Life Extension Update
Friday, May 25, 2012. An article published on May 24, 2012 in the American Heart Association journal Stroke reports a protective effect for greater vitamin D intake against the risk of ischemic stroke in Japanese-American men. To the authors' knowledge, there has only been one other longitudinal cohort study (which had fewer subjects and a shorter follow-up) that evaluated dietary vitamin D intake and stroke risk.
Gotaro Kojima, MD of the University of Hawaii and colleagues utilized data obtained from 7,385 Japanese-American men residing in Oahu who were between the ages of 45 to 68 upon enrolling in the Honolulu Heart Program between 1965 and 1968. Dietary recall interviews conducted upon enrollment were analyzed for the intake of vitamin D from food. (The authors note that regular use of dietary supplements was uncommon in the 1960s.)
Over the 34-year follow-up period, stroke was documented in 960 subjects. For men whose vitamin D intake was among the lowest 25 percent of participants, the adjusted risk of stroke was 22 percent higher than the risk experienced by those whose intake was among the top 25 percent. When stroke was analyzed by type, the risk of thromboembolic stroke was 27 percent higher for those whose vitamin D intake was lowest in comparison with the highest group, and no significant association was found between the vitamin and the risk of hemorrhagic stroke.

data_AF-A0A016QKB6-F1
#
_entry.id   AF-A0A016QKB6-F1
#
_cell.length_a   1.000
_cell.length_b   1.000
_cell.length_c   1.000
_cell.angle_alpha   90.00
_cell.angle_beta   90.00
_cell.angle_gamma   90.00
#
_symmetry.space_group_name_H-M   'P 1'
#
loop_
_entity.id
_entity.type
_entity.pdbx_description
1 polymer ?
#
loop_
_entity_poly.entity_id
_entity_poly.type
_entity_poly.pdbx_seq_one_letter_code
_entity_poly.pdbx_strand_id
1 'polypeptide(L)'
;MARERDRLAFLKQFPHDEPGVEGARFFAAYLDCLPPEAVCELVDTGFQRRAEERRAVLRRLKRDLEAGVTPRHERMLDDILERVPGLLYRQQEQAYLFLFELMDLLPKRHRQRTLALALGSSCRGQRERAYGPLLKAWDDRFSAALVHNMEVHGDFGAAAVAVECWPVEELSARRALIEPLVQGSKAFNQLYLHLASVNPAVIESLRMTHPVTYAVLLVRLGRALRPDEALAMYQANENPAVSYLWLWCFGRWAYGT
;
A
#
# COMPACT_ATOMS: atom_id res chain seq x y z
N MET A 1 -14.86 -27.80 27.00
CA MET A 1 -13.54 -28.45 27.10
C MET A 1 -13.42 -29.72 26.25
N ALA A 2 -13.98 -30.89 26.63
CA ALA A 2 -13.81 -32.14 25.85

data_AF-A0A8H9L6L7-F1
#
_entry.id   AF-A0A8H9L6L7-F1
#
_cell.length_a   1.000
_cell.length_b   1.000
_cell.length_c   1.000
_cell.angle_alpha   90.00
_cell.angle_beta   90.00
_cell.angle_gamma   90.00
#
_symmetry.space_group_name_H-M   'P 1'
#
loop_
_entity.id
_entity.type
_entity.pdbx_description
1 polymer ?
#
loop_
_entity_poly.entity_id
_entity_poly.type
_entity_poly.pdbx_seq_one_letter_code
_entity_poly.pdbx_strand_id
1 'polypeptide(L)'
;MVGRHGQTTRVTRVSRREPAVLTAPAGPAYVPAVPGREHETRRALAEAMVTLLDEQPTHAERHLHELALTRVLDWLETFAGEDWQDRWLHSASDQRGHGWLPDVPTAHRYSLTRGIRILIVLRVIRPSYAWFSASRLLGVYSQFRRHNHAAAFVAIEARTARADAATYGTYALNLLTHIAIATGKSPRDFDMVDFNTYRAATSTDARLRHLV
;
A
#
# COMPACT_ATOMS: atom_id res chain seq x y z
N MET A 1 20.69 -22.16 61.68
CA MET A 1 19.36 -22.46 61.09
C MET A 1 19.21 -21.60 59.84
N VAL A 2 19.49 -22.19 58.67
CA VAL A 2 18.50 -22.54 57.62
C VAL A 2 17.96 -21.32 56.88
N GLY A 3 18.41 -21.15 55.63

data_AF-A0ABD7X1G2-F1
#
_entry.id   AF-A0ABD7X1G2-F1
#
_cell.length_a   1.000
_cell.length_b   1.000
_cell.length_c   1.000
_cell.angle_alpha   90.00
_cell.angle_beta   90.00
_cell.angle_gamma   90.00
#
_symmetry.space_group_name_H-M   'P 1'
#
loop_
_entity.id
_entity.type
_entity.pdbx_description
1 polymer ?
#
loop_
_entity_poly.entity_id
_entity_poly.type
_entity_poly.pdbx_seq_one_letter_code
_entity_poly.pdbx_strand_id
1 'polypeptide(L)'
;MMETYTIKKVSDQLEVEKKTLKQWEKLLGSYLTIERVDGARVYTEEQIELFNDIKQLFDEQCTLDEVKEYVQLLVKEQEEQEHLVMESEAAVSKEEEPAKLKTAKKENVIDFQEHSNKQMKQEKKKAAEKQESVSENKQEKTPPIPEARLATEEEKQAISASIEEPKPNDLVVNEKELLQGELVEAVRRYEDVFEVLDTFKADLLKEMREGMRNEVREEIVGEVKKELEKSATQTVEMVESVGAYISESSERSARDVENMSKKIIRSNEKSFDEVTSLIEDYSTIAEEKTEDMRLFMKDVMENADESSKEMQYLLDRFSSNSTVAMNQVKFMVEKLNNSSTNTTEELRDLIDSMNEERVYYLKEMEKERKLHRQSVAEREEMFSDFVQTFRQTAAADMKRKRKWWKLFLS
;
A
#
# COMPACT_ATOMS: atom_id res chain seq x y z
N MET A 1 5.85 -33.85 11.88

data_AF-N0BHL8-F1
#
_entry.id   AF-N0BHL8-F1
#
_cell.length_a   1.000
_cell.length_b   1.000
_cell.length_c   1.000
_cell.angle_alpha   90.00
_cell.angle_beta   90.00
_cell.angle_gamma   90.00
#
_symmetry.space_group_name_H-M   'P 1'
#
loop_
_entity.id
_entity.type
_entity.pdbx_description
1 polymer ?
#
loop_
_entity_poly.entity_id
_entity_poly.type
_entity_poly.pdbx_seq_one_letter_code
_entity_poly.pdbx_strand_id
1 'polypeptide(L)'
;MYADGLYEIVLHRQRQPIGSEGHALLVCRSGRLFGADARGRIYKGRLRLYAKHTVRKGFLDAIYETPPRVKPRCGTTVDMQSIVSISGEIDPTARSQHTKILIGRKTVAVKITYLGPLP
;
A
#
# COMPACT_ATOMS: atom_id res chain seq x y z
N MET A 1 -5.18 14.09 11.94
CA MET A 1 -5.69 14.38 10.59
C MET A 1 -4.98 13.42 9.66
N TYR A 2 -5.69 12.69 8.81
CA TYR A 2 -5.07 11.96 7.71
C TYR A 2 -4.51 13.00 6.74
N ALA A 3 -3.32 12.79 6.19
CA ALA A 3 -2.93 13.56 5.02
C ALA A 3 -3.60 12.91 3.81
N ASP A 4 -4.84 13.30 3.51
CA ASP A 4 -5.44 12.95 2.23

"Our study confirms that eating foods rich in vitamin D might be beneficial for stroke prevention," concluded Dr Kojima, who is a geriatric medicine fellow at the University of Hawaii's John A. Burns School of Medicine.
In their discussion of the findings, the authors remark that vitamin D deficiency is associated with vascular disease risk factors such as hypertension, insulin resistance, diabetes, and inflammation, and they note that the vitamin influences numerous genes involved in cellular proliferation and blood vessel formation. While sunlight is considered by some individuals to be the best source of vitamin D, Dr Kojima remarked that synthesizing the vitamin from sunlight becomes more difficult with age, making supplementation or increased intake of vitamin D-fortified foods advisable for older men and women. "Based on the results of this and other epidemiological studies, higher vitamin D intake or vitamin D supplementation may be beneficial for stroke prevention," the authors conclude. "Large prospective placebo controlled randomized studies are needed to confirm this relationship. We await the results of VITAL, the Vitamin D and Omega-3 Trial, the first large randomized clinical trial of vitamin D supplementation with/without fish oil launched in 2010 to study cardiovascular diseases, cancer, and other chronic diseases."
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